Chinese Petroleum Corp Enters Sri Lanka Retail Fuel Market

Sri Lanka signed Monday a deal with China Petroleum & Chemical Corp. (Sinopec) adding it to the energy-starved country’s retail fuel suppliers, the president’s office said.

The agreement comes after the government opened up to foreign fuel sellers as a solution to local suppliers’ shortage in foreign currency for imports amid an economic crisis in the South Asian nation.

China state-owned Sinopec through Sinopec Fuel Oil Lanka (Pvt.) Ltd. can now import and sell petroleum products to the Sri Lankan market. “Sinopec, along with its affiliated companies, is set to commence operations in Sri Lanka within 45 days following the issuance of the license”, the office of President Ranil Wickremesinghe said in a press release.

“This development brings hope for a more stable and reliable fuel supply, boosting the country’s energy sector and providing assurance to consumers”.

The pact gives Sinopec a 20-year license to operate 150 fuel stations currently run by Ceylon Petroleum Corp., according to Power and Energy Minister Kanchana Wijesekera in a tweet Monday. It also provides for Sinopec investment into 50 new fuel stations, he said.

Financial Crisis

The deal resulted from the energy ministry’s efforts to ensure domestic supply amid the debt-ridden country’s foreign exchange crisis, which has hit traditional suppliers Ceylon Petroleum Corp. and Lanka Indian Oil Co., according to the office.

“One of the key requirements for new retail suppliers entering the market was their ability to secure forex requirements without depending on the domestic banking sector”, it noted. “It was mandated that these companies source their own funds for fuel procurement through foreign sources, at least during the initial one-year period of operation”.

The new entrants are to sell at pre-determined distribution dealer-operated networks.

Besides the Chinese global energy giant, the USA’s RM Parks Inc. and Australia’s United Petroleum Pty. Ltd. have received government approval to enter Sri Lanka’s retail fuel market.

Last year amid what the central bank said was the country’s worst economic crisis post-independence, days of lining for fuel were reported in Colombo.

Gross domestic product contracted 7.8 percent 2022, with the fourth-quarter economy down 12.4 percent, according to estimates by the Census and Statistics Department released March 15. That is Sri Lanka’s worst annual contraction since independence from Britain in 1948—the result of delays in policy responses to persistent deficits in budget and external current account, as well as untimely and ill-equipped tax and agriculture reforms, the Central Bank of Sri Lanka said in its annual report for 2022.

“Acute fuel shortages due to the dearth of foreign exchange caused a significant drag on activities, as a result of hampered supply chains, prolonged power outages, scarcity of raw materials amidst imports compression, and a surge in the cost of production”, the April 20 publication stated.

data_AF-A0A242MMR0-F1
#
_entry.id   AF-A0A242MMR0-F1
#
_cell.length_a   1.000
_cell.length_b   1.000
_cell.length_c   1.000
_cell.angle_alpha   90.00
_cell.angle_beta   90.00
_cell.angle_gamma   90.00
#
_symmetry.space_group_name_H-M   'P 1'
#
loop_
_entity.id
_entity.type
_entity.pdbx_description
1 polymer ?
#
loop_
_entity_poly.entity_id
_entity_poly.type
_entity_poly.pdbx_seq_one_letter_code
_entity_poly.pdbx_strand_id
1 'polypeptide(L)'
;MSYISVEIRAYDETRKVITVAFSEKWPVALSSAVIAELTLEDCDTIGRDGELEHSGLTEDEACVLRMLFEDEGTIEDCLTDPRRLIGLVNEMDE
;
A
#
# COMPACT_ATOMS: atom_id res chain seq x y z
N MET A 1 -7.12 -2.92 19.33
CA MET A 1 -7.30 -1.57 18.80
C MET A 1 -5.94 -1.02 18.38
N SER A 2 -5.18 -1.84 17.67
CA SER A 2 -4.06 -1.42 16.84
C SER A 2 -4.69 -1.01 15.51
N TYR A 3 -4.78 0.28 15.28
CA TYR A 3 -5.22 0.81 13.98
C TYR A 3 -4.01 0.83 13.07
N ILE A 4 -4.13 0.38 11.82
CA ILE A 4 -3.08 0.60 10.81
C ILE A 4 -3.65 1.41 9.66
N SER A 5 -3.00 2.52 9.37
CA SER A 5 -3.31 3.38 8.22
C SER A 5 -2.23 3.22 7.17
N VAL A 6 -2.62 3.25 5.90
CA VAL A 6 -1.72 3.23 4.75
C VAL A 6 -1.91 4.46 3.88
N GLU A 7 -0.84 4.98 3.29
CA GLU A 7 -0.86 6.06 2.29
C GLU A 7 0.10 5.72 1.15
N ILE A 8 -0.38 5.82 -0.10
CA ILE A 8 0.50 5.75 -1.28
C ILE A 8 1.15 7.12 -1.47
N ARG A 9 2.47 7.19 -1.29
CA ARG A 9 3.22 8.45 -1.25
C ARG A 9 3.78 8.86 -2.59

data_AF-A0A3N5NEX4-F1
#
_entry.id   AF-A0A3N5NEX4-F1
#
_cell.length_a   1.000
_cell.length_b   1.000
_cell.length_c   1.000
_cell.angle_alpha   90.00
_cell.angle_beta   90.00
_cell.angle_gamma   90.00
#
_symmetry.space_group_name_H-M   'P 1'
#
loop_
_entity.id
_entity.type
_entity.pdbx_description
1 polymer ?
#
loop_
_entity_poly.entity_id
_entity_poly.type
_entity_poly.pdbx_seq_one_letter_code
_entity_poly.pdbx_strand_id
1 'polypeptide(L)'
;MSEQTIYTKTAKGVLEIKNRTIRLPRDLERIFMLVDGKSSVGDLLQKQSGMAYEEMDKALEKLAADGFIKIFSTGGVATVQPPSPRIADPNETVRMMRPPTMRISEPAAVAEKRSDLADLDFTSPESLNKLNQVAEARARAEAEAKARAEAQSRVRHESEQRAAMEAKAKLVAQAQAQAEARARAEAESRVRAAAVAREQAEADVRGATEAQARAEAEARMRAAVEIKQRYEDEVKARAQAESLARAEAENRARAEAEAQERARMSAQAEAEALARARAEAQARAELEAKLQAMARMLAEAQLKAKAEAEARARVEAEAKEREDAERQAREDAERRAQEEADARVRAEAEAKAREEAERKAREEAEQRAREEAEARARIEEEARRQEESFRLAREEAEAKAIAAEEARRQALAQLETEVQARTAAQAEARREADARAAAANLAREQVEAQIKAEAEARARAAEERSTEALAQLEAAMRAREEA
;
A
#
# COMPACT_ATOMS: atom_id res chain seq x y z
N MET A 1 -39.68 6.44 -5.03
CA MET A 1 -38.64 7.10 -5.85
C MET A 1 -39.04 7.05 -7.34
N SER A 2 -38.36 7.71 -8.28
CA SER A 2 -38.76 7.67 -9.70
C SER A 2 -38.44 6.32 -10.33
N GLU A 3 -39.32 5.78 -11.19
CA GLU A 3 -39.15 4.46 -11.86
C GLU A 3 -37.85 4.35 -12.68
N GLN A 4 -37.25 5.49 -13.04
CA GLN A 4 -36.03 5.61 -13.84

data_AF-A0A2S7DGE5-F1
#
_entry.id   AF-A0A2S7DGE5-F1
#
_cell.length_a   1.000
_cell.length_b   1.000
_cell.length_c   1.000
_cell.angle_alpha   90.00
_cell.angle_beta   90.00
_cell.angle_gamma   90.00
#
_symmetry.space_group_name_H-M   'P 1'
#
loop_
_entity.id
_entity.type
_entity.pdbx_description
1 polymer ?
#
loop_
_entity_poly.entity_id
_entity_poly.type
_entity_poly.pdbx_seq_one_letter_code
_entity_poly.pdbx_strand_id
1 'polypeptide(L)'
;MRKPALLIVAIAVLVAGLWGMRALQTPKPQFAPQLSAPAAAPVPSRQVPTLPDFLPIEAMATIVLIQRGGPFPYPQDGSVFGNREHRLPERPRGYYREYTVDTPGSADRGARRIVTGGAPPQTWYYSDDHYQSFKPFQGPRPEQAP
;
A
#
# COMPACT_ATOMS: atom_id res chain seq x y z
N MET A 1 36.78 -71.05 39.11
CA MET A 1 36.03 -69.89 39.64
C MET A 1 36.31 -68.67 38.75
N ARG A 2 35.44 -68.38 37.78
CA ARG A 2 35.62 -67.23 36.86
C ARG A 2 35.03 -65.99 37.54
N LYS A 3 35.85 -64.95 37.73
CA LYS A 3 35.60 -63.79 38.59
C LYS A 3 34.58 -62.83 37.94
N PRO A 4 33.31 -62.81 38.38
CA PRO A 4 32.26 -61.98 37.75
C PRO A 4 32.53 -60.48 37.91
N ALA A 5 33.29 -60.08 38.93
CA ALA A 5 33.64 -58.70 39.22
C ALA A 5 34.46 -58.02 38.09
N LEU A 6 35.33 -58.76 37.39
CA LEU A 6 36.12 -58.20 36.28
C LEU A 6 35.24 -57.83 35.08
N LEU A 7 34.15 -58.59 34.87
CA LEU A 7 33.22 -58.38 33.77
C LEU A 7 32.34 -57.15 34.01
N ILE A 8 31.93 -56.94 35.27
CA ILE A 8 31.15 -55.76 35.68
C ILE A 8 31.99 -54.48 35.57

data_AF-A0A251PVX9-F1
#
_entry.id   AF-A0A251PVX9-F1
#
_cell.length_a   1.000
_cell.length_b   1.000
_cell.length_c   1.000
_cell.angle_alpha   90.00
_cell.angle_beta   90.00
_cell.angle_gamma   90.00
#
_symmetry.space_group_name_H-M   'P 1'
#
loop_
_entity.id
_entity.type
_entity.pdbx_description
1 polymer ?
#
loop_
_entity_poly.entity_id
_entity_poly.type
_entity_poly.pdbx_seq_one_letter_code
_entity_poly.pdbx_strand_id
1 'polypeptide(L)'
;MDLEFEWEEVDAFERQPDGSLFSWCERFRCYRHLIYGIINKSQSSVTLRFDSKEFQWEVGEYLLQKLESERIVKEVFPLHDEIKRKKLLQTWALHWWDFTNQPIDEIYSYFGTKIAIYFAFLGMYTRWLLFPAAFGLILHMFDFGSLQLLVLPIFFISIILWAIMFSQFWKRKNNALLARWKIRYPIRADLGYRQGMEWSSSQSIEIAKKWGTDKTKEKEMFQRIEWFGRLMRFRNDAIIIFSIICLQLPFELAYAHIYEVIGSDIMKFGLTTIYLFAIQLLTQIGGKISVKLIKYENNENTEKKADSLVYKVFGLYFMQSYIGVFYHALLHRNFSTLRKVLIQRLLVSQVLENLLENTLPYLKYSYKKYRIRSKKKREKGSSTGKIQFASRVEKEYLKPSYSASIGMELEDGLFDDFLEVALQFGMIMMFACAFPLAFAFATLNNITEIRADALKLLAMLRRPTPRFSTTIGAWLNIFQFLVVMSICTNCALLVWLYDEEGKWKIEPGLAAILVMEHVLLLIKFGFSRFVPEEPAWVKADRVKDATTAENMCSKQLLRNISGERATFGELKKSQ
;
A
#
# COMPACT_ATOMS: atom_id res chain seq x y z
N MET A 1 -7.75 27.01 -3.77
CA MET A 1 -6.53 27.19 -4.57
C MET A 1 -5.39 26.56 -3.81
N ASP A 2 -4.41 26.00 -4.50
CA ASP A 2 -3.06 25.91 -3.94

“Further, significant upward revisions in major utility prices amidst soaring global energy prices and the depreciation of the exchange rate exacerbated supply side pressures, while accelerated inflation and tax hikes affected the disposable income of households”.

China v India

Monday’s signing signals Sri Lanka’s intent to leverage China as a key partner in its development agenda, particularly in trade. Sri Lanka’s 2030 vision sees China’s “Belt and Road” global infrastructure project as a platform to promote the South Asian island state’s trading position in the Indian Ocean. And while China and India have been locked in geopolitical tensions, including over border and New Delhi’s Quad alliances with Washington, Sri Lanka is also seeking to bolster its economic cooperation with neighboring India.

Sri Lanka projects a Belt and Road-led surge in trade volume between China and South Asia. “Sri Lanka must look to take advantage of these shifting trade patterns to increase its own trade in the region. However, this must not be to the detriment of trade between India and Sri Lanka”, stated Sri Lanka’s 2030 development roadmap published January 2019.

Sri Lankan government newspaper Daily News reported April 24 a planned tie-up between Sinopec and China Merchants Port Holdings Co. Ltd. (CMPort) for bunkering operations in Sri Lanka. Sinopec already has a port business in Sri Lanka. It started up its oil depot at the Hambantota Port in 2020, Sinopec announced April 9, 2020.

On April 21 Hong Kong-based CMPort said it has entered a 50-year build-operate-transfer agreement with the Sri Lanka Ports Authority for a regional logistics facility at the Colombo Port.


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